Nissan threatened with first strike over plan to shift purchasing

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The Independent Online

Nissan's factory in Sunderland, Europe's most productive car plant, faces its first strike since it was set up two decades ago. Staff in the purchasing department are to be balloted on industrial action over plans to move them 240 miles from the North-east to Cranfield, in Bedfordshire.

Davey Hall, north-east regional secretary of the Amicus union, said the decision had been taken without any consultation with employees. He said the company was insisting on discussing the issue with the plant's works council, a largely non-union body.

The Amicus official said staff would be issued with ballot papers next Monday and the result of the vote would be known on 8 December. The 60 staff, who work on operational support and the sourcing of materials, are paid between £14,000 and £36,000 a year.

Mr Hall said: "If the purchasing department workers are not prepared to relocate to Cranfield they stand to lose their jobs, their redundancy pay, money in lieu of notice and - as they have not been offered any alternative - they stand to lose their dignity."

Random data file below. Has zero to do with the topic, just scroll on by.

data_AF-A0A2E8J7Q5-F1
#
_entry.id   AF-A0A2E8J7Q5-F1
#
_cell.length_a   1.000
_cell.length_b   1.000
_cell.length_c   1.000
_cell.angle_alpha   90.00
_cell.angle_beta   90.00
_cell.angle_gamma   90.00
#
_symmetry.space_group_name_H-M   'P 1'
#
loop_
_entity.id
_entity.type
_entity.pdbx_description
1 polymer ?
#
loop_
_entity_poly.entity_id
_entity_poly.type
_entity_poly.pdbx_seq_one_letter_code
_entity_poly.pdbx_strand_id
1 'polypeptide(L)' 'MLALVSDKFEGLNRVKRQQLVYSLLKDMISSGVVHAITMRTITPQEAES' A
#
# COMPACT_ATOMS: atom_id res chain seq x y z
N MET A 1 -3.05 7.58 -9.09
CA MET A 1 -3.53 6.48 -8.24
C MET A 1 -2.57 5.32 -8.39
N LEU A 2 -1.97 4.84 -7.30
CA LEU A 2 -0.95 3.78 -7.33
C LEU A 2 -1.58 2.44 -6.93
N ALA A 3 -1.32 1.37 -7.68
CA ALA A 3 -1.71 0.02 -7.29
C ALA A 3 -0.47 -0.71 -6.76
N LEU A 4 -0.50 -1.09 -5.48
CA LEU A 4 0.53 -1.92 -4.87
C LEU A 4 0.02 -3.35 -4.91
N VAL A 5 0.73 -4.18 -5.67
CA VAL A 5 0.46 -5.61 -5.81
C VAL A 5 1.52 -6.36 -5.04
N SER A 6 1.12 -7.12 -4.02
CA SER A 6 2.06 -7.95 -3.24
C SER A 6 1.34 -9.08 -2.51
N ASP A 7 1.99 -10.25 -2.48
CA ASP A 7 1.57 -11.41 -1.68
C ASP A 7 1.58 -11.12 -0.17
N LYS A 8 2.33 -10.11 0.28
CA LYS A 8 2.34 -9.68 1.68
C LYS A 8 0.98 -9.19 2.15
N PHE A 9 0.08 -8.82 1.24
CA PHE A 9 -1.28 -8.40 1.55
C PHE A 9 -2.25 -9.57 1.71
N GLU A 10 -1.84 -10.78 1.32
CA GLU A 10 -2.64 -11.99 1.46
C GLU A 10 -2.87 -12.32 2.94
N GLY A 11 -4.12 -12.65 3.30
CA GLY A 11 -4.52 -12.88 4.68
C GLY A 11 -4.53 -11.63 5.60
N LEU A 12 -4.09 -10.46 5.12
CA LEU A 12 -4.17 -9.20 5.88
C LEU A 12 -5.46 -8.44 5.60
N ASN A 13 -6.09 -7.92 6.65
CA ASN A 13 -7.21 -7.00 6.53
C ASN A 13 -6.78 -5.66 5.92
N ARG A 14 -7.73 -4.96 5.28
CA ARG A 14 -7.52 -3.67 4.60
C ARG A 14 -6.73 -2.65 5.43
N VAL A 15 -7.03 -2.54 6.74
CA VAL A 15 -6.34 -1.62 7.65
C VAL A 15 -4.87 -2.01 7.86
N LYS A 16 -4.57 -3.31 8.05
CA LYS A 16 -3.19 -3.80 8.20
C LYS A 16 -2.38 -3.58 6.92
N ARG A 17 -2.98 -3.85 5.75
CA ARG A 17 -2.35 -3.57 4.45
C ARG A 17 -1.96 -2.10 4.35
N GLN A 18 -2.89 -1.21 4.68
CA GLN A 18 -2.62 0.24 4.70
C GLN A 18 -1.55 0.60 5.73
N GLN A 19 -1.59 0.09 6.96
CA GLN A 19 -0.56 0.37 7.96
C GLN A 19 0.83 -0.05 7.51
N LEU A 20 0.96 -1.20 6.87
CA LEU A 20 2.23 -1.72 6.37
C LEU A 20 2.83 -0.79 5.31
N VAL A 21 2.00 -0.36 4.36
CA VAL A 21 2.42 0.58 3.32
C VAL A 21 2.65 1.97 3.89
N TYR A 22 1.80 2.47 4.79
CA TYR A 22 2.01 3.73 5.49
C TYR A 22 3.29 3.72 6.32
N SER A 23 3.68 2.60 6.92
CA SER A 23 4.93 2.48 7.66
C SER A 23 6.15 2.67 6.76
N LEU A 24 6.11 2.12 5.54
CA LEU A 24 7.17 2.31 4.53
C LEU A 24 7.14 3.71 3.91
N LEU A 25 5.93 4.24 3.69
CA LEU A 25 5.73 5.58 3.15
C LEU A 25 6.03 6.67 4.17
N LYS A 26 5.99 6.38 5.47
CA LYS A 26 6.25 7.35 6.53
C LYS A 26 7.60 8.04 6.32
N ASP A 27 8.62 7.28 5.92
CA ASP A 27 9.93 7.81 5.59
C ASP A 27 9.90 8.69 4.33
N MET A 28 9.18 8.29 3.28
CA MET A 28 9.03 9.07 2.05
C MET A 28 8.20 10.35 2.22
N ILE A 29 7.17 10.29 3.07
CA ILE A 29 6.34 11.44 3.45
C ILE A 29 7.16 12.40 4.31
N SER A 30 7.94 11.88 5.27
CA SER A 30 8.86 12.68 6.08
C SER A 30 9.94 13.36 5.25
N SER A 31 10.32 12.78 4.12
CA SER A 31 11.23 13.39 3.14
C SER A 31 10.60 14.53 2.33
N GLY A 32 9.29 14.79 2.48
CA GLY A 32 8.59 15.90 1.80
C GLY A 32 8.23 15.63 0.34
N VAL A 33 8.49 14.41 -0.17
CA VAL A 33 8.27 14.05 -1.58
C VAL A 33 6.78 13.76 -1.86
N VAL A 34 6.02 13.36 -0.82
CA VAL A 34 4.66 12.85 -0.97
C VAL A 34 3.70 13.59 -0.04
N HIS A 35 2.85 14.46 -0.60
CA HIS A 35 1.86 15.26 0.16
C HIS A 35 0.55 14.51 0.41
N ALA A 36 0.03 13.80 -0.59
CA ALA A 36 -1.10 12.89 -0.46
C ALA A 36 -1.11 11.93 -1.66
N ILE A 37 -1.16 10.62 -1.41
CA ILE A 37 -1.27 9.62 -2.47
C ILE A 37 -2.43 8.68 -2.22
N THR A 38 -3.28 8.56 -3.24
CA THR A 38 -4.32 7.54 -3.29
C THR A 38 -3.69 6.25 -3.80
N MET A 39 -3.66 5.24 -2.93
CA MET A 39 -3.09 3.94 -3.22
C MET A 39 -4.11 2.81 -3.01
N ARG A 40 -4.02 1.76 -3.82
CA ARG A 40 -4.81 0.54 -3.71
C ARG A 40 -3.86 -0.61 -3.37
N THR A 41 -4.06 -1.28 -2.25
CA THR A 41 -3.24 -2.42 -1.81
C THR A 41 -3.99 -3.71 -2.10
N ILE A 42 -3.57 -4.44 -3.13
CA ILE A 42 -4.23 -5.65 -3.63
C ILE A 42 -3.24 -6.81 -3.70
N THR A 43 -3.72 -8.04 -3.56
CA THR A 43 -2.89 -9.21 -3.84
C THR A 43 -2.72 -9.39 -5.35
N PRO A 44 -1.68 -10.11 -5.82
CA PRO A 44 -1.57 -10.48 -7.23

He said the company had been "high-handed" and announced the move as a "fait accompli". Mr Hall said: "This is an absolutely ridiculous situation where the only union to be recognised by Nissan has to ballot its members for strike action simply to allow Amicus officers to hold formal talks with management. We are quite willing to meet the company at any time."

Nissan agreed to recognise the Amalgamated Engineering Union, a forerunner of Amicus, nearly 18 years ago, but negotiating rights were severely restricted. Critics of the deal argued that the company council was under complete control of management.

A spokesman for Nissan said talk of industrial action had come as a "complete surprise" because the move was not due to take place until June next year and that discussions were at an early stage.